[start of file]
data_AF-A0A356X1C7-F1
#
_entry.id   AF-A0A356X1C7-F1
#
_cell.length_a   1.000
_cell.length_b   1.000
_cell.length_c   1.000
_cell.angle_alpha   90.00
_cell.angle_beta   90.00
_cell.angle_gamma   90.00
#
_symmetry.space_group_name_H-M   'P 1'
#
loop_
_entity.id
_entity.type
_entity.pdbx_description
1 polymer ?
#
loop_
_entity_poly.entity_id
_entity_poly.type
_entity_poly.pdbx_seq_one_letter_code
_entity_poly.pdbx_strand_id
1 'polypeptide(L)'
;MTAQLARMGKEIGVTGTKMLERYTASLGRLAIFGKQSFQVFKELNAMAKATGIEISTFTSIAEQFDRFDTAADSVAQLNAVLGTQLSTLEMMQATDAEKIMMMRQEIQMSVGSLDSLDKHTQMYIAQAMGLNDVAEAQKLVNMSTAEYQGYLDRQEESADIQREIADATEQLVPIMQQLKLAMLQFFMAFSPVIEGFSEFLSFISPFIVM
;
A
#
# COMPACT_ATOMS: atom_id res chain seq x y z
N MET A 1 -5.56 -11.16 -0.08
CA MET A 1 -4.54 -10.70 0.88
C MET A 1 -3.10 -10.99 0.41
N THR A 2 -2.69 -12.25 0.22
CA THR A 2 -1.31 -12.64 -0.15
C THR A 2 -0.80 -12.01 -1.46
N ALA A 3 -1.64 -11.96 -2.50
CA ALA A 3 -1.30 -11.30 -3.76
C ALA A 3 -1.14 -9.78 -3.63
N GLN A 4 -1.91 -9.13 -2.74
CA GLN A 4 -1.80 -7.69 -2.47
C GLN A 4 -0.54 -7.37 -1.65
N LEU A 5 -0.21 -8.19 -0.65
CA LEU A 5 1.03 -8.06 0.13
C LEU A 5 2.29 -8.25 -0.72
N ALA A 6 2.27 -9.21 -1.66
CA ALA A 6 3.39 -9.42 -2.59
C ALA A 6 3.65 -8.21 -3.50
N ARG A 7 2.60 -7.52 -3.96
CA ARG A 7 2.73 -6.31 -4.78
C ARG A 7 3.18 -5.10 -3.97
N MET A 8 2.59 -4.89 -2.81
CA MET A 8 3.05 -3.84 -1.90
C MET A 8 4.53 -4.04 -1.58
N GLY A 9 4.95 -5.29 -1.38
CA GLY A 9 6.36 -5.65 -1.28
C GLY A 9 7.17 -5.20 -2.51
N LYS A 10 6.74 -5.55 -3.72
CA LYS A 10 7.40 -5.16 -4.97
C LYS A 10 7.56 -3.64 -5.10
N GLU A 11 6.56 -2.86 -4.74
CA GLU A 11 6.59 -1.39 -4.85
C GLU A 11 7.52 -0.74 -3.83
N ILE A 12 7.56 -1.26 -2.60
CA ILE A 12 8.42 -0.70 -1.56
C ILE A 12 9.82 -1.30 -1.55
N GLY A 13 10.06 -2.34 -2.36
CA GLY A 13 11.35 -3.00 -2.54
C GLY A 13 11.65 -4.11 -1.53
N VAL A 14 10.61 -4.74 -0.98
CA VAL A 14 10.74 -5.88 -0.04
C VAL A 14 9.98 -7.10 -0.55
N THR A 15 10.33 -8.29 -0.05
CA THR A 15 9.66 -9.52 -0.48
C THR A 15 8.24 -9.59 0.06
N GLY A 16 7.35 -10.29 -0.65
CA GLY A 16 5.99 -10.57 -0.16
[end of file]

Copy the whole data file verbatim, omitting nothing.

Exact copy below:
data_AF-A0A356X1C7-F1
#
_entry.id   AF-A0A356X1C7-F1
#
_cell.length_a   1.000
_cell.length_b   1.000
_cell.length_c   1.000
_cell.angle_alpha   90.00
_cell.angle_beta   90.00
_cell.angle_gamma   90.00
#
_symmetry.space_group_name_H-M   'P 1'
#
loop_
_entity.id
_entity.type
_entity.pdbx_description
1 polymer ?
#
loop_
_entity_poly.entity_id
_entity_poly.type
_entity_poly.pdbx_seq_one_letter_code
_entity_poly.pdbx_strand_id
1 'polypeptide(L)'
;MTAQLARMGKEIGVTGTKMLERYTASLGRLAIFGKQSFQVFKELNAMAKATGIEISTFTSIAEQFDRFDTAADSVAQLNAVLGTQLSTLEMMQATDAEKIMMMRQEIQMSVGSLDSLDKHTQMYIAQAMGLNDVAEAQKLVNMSTAEYQGYLDRQEESADIQREIADATEQLVPIMQQLKLAMLQFFMAFSPVIEGFSEFLSFISPFIVM
;
A
#
# COMPACT_ATOMS: atom_id res chain seq x y z
N MET A 1 -5.56 -11.16 -0.08
CA MET A 1 -4.54 -10.70 0.88
C MET A 1 -3.10 -10.99 0.41
N THR A 2 -2.69 -12.25 0.22
CA THR A 2 -1.31 -12.64 -0.15
C THR A 2 -0.80 -12.01 -1.46
N ALA A 3 -1.64 -11.96 -2.50
CA ALA A 3 -1.30 -11.30 -3.76
C ALA A 3 -1.14 -9.78 -3.63
N GLN A 4 -1.91 -9.13 -2.74
CA GLN A 4 -1.80 -7.69 -2.47
C GLN A 4 -0.54 -7.37 -1.65
N LEU A 5 -0.21 -8.19 -0.65
CA LEU A 5 1.03 -8.06 0.13
C LEU A 5 2.29 -8.25 -0.72
N ALA A 6 2.27 -9.21 -1.66
CA ALA A 6 3.39 -9.42 -2.59
C ALA A 6 3.65 -8.21 -3.50
N ARG A 7 2.60 -7.52 -3.96
CA ARG A 7 2.73 -6.31 -4.78
C ARG A 7 3.18 -5.10 -3.97
N MET A 8 2.59 -4.89 -2.81
CA MET A 8 3.05 -3.84 -1.90
C MET A 8 4.53 -4.04 -1.58
N GLY A 9 4.95 -5.29 -1.38
CA GLY A 9 6.36 -5.65 -1.28
C GLY A 9 7.17 -5.20 -2.51
N LYS A 10 6.74 -5.55 -3.72
CA LYS A 10 7.40 -5.16 -4.97
C LYS A 10 7.56 -3.64 -5.10
N GLU A 11 6.56 -2.86 -4.74
CA GLU A 11 6.59 -1.39 -4.85
C GLU A 11 7.52 -0.74 -3.83
N ILE A 12 7.56 -1.26 -2.60
CA ILE A 12 8.42 -0.70 -1.56
C ILE A 12 9.82 -1.30 -1.55
N GLY A 13 10.06 -2.34 -2.36
CA GLY A 13 11.35 -3.00 -2.54
C GLY A 13 11.65 -4.11 -1.53
N VAL A 14 10.61 -4.74 -0.98
CA VAL A 14 10.74 -5.88 -0.04
C VAL A 14 9.98 -7.10 -0.55
N THR A 15 10.33 -8.29 -0.05
CA THR A 15 9.66 -9.52 -0.48
C THR A 15 8.24 -9.59 0.06
N GLY A 16 7.35 -10.29 -0.65
CA GLY A 16 5.99 -10.57 -0.16